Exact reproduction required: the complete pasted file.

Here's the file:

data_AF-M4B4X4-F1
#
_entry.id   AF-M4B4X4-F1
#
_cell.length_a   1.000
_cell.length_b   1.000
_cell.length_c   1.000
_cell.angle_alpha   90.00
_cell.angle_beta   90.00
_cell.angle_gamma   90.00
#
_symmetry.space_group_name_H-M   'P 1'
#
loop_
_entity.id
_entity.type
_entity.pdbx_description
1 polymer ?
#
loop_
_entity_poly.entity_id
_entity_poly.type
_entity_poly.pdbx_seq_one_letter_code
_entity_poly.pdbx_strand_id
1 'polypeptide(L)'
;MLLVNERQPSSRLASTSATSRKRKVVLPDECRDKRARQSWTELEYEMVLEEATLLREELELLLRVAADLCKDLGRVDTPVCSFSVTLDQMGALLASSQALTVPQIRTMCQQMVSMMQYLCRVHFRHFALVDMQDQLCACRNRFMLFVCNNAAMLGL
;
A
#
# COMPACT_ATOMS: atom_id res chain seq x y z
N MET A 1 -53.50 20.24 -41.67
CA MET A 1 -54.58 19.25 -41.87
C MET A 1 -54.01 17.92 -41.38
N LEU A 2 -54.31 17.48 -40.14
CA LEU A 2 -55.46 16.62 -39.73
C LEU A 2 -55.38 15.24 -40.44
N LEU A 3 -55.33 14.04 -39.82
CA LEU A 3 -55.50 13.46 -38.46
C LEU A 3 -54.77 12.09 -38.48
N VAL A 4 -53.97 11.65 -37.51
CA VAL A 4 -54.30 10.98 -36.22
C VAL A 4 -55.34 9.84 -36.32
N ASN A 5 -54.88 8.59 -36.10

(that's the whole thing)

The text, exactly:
data_AF-M4B4X4-F1
#
_entry.id   AF-M4B4X4-F1
#
_cell.length_a   1.000
_cell.length_b   1.000
_cell.length_c   1.000
_cell.angle_alpha   90.00
_cell.angle_beta   90.00
_cell.angle_gamma   90.00
#
_symmetry.space_group_name_H-M   'P 1'
#
loop_
_entity.id
_entity.type
_entity.pdbx_description
1 polymer ?
#
loop_
_entity_poly.entity_id
_entity_poly.type
_entity_poly.pdbx_seq_one_letter_code
_entity_poly.pdbx_strand_id
1 'polypeptide(L)'
;MLLVNERQPSSRLASTSATSRKRKVVLPDECRDKRARQSWTELEYEMVLEEATLLREELELLLRVAADLCKDLGRVDTPVCSFSVTLDQMGALLASSQALTVPQIRTMCQQMVSMMQYLCRVHFRHFALVDMQDQLCACRNRFMLFVCNNAAMLGL
;
A
#
# COMPACT_ATOMS: atom_id res chain seq x y z
N MET A 1 -53.50 20.24 -41.67
CA MET A 1 -54.58 19.25 -41.87
C MET A 1 -54.01 17.92 -41.38
N LEU A 2 -54.31 17.48 -40.14
CA LEU A 2 -55.46 16.62 -39.73
C LEU A 2 -55.38 15.24 -40.44
N LEU A 3 -55.33 14.04 -39.82
CA LEU A 3 -55.50 13.46 -38.46
C LEU A 3 -54.77 12.09 -38.48
N VAL A 4 -53.97 11.65 -37.51
CA VAL A 4 -54.30 10.98 -36.22
C VAL A 4 -55.34 9.84 -36.32
N ASN A 5 -54.88 8.59 -36.10